Gilded Lions and Jeweled Horses: The Synagogue to the Carousel, Jewish Carving Traditions (Brandeis Series in American Jewish History, Culture, and Life)
by Murray Zimiles (Author)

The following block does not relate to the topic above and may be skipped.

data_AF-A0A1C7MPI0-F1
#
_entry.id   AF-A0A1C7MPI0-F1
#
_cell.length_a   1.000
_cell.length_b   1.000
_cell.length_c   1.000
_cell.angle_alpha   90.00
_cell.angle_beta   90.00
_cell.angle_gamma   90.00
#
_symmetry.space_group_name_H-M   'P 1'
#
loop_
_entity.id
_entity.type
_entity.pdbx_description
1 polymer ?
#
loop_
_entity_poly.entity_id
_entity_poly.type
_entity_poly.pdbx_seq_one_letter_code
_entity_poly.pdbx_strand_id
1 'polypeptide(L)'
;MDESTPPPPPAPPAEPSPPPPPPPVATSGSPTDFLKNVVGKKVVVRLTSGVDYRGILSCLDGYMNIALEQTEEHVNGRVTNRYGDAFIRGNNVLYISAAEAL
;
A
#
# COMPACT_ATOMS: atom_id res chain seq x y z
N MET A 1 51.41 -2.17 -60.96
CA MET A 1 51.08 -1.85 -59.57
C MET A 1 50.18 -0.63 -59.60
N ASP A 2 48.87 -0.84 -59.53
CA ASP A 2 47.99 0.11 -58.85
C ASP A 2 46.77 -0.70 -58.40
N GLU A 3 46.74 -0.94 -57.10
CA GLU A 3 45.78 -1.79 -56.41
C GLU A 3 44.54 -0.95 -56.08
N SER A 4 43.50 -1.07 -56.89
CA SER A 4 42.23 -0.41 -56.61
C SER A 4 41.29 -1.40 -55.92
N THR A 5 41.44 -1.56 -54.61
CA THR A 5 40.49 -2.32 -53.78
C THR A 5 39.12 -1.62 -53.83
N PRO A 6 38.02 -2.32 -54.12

Based on more than 20 years of original research in Europe, Israel, and the United States by artist Murray Zimiles, and accompanied by an essay by distinguished Judaica scholar Vivian B.Mann, this book is the first fully developed study of the secularization of Eastern European Jewish folk art traditions in America. Until recently, little was known in the United States about the creative work of European Jewish folk artists. The destruction of the material heritage of Eastern European Jews during World War II has made it very difficult to recover artifacts of Jewish artistry. The physical remnants of that heritage―among them, the types of papercuts, gravestones, and wood carvings featured in this volume―can only suggest how extensive the traditions of Jewish folk art in Eastern Europe once were. Skilled craftsmen, responsible for the painted and carved interiors of Eastern European synagogues and their elaborately carved arks and bimahs, came to the New World in the late nineteenth century, where they soon flourished and became the creators of some of America’s greatest folk art. Folk art embraces many artistic expressions made by gifted individuals who have not had formal training in the arts. Folk artists apply a diverse range of skills to objects used in daily life. Jewish folk artist émigrés encountered in the United States a society more interested in what they could produce than in what religion they practiced. Not only did they continue to carve religious artifacts for new synagogues serving fellow immigrants; they also created wooden trade figures, carnival figures, and some of the greatest carousel animals the world has ever seen. This volume tells the story of carvers who, released from Eastern European religious strictures, responded with great playfulness to an expansive new environment. Traditional patterns reemerged, often infused with American ideas and images, not only in synagogue decorations and objects intended for ritual use but also in the secular world. Within this dynamic, a surprising link was forged between the Eastern European synagogue and the American carousel. This volume and the exhibition that it documents recapture a sense of awe and appreciation for a nearly lost tradition. They return to the Jewish people, and to world culture, a visual tradition of great beauty and decorative complexity.